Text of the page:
Even before he hears Cleopatra's disclaimer and the news of her alleged death, he has become calm and only feels the futility of it all; he is to himself "indistinct, as water is in water" IV.
Passion has become not only the regulative but the constitutive force in his character. If we listen to the promptings of our blood, we hail him as demi-god, but the verdict of our reason is that he is only a futility.
Perhaps he remembered only that AEneas, ancestor and representative of the Romans The dramatic interest is intensified by the warning of Artemidorus and the suggestion of a way of escape for the protagonist.
At the conclusion of the play, when Brutus and Cassius are dead and the republicans thoroughly defeated, he publicly praises Brutus in order to set about healing the political wounds of Rome.
Hypocrisy it is not, but it comes almost to the same thing; for the easily aroused emotion soon subsides atter it has done its work and yields to some quite contrary impulsion. Brutus then explores his own desire for political power which, up to this point, has seemingly lain dormant.
Twice during Lupercal and again at Caesar's house, he makes short statements indicating that he is loyal to Caesar as dictator and as a friend. First, despite the advice of Enobarbus, he lets Cleopatra be present in the war. When the victor counts him as nought he is stung to comparisons, and feels that apart from success and external advantages he is still of greater worth: When the action begins, he is indemnifying himself with a round of indulgence for the strenuous life between the fall of Julius and the victories at Philippi, some of the toils and privations of which, passed over in the earlier play, Octavius now recalls in amazement at the contrast.
But in Shakespeare's view the final decision was not reached even at the battle of Actium. You work so hard that you have all but one aim, and that is fatness and ease. At the defiant anniversary feast his soul is so wrung with gratitude to his true servants and grief at the near farewell, that he must give his feelings words though they will discourage rather than hearten the company.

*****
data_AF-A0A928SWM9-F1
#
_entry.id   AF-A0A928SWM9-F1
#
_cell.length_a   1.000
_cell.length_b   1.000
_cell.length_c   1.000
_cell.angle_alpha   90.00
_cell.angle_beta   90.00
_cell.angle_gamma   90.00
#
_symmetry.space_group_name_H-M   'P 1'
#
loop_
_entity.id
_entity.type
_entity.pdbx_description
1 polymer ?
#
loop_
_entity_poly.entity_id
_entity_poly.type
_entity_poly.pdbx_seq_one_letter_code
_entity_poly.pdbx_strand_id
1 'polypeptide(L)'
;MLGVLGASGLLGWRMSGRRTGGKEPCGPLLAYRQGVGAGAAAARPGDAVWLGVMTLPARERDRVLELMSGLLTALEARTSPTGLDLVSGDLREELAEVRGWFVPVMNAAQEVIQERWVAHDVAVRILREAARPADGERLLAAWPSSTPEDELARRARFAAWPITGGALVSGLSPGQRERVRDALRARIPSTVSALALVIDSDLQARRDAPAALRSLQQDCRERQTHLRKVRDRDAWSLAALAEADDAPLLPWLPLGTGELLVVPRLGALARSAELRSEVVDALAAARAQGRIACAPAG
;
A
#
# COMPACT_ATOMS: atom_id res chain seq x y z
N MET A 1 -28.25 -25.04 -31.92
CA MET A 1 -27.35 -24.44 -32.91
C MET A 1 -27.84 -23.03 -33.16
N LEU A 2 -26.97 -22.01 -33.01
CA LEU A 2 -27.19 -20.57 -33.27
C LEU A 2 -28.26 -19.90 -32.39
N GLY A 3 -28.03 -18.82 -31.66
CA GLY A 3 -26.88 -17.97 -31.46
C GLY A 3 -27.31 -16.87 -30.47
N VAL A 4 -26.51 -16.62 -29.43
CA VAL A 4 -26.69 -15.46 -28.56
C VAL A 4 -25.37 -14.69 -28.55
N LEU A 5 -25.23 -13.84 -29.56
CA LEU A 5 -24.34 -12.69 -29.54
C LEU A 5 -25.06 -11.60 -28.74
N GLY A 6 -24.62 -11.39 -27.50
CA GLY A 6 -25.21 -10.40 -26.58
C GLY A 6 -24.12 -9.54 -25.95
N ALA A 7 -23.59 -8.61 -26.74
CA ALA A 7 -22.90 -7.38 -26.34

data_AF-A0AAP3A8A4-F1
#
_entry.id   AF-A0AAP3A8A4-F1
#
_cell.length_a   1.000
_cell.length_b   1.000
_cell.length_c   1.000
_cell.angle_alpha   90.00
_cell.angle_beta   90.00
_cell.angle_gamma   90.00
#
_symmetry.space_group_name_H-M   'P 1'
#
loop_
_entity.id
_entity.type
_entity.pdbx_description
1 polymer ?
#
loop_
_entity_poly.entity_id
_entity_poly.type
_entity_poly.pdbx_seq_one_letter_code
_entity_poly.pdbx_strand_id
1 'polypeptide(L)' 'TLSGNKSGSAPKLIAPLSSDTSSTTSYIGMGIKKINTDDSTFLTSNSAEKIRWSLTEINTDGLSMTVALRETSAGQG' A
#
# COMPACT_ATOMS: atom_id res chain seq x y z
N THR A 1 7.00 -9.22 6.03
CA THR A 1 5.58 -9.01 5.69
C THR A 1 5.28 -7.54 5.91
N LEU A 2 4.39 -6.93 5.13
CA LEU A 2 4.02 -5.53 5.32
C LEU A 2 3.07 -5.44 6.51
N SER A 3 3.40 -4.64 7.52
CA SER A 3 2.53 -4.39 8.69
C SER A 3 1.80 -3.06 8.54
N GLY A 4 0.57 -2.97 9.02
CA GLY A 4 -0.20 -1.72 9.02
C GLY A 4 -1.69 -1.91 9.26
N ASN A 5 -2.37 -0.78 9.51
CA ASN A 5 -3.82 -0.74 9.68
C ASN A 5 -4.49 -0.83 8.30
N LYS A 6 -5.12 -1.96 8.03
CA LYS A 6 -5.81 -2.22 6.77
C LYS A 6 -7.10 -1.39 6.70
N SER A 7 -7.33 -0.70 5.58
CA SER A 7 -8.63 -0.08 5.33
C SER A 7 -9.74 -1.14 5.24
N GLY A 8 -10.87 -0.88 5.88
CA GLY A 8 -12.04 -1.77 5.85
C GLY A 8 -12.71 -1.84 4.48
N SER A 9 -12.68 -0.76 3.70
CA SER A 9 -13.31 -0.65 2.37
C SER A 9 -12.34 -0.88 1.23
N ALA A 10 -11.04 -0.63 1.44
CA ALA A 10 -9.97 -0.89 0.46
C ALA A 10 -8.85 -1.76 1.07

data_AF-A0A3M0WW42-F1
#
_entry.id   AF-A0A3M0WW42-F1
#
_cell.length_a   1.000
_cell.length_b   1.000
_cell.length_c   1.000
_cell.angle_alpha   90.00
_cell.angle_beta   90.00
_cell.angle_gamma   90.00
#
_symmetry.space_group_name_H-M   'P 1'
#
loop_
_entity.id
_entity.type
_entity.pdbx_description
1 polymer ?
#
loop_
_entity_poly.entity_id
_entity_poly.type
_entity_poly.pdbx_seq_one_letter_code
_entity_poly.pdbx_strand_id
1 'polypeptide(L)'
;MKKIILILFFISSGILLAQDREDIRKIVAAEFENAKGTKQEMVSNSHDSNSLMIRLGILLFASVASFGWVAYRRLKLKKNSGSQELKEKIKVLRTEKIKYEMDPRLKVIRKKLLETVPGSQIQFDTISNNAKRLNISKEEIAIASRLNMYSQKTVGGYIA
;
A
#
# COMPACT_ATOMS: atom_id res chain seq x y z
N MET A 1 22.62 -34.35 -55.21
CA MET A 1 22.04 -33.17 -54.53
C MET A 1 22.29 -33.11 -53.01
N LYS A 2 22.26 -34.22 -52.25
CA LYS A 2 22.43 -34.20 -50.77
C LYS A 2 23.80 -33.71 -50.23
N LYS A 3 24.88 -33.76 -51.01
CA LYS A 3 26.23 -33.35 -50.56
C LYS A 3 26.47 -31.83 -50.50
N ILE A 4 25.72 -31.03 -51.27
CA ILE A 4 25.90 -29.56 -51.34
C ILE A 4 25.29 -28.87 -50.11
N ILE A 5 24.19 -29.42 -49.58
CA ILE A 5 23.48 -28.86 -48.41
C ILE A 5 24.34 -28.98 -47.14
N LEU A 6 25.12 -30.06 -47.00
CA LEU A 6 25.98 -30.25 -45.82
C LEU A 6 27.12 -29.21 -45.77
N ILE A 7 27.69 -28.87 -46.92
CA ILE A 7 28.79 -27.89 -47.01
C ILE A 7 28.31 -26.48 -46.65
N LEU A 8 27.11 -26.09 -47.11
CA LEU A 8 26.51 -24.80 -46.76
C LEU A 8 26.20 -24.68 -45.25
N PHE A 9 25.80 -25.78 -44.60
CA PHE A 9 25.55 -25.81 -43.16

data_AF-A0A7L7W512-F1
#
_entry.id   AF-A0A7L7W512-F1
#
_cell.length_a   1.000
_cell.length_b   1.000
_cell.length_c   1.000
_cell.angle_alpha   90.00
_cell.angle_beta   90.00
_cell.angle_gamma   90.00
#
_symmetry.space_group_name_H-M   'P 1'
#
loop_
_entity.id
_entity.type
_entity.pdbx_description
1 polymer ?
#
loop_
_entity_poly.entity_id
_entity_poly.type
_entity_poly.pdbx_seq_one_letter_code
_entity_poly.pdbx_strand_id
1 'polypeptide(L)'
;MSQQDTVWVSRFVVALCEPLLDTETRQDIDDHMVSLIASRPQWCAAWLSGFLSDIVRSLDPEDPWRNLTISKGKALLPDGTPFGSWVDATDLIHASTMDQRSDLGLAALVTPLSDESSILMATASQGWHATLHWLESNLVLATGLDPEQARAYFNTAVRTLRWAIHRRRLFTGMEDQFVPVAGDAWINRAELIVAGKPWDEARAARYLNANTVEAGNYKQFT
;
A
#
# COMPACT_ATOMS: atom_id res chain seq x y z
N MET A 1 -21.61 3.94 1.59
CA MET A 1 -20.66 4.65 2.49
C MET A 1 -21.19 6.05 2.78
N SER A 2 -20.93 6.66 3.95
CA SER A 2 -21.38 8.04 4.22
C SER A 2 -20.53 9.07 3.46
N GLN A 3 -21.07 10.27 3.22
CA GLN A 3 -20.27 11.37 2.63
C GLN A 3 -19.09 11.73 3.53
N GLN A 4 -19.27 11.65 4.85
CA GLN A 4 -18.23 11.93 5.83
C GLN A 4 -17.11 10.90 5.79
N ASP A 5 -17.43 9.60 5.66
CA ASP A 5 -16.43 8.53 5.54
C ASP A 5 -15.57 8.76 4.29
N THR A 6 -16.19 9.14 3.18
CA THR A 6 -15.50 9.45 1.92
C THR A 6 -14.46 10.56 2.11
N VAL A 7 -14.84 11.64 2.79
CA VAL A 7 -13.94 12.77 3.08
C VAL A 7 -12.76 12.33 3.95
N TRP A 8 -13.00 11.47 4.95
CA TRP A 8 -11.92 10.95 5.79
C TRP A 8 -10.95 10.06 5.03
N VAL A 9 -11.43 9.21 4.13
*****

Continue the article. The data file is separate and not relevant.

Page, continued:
He has no concern for the welfare of the citizens of Rome who will suffer in the civil strife he has instigated, he is willing to have a nephew put to death rather than argue for his life, he seeks to keep as much as he can of Caesar's legacy to the poor of Rome, and he openly acknowledges that he will remove Lepidus from power as soon as Lepidus is no longer of use to him.
He pronounces on himself the verdict which his whole story confirms: Historical happenings that extended over nearly three years are represented in the stage action as the occurrences of six days, distributed over the acts and scenes as follows: I will to Egypt: Brutus takes on the blame for all these events and is then haunted by the ghost of Caesar, driving his ethical dilemma even further.
Antony's insight and judgment may be failing; his flashes of power may be like his flashes of jealousy, and indicate the dissolution of his being. Truly the last shreds of prudence are whirled away in his storm of recklessness and anguish and love. Act I, Scene iii. Read an in-depth analysis of Julius Caesar.
Antony - A friend of Caesar. Antony claims allegiance to Brutus and the conspirators after Caesar’s death in. Antony is a good friend of Julius Caesar who launches himself into a major position of power over the course of the play.
And, yes, this is the same Mark Antony who has a torrid love affair with Cleopatra and goes down in. Nov 19, · Julius Caesar Shakespeare: analyzing Mark Antony's Speech help?
i need quotes about specific evidence, verbal irony, loaded words, appeals to self-interest and other emotions, and suspense on antony's' speech.
and also for each quote i need the effectiveness/analysis thank you:)Status: Resolved. Julius Caesar - A great Roman general and senator, recently returned to Rome in triumph after a successful military campaign.
While his good friend Brutus worries that Caesar may aspire to dictatorship over the Roman republic, Caesar seems to show no such inclination, declining the crown several times. Marc Antony In the play of Julius Caesar written by Willam Shakespeare there are various types of characters having different behaviours and specialities.
One of the most significant characters in the play is Antony. Caesar's confiding to Antony at Lupercal indicates that he trusts Antony and looks upon him as a friend in return, perhaps even as a protégé.
Antony appears at the Capitol at the beginning of Act III, Scene 1, but he does not speak before Trebonius leads him out.An analysis of mar antonys actions in shakespeares julius caesar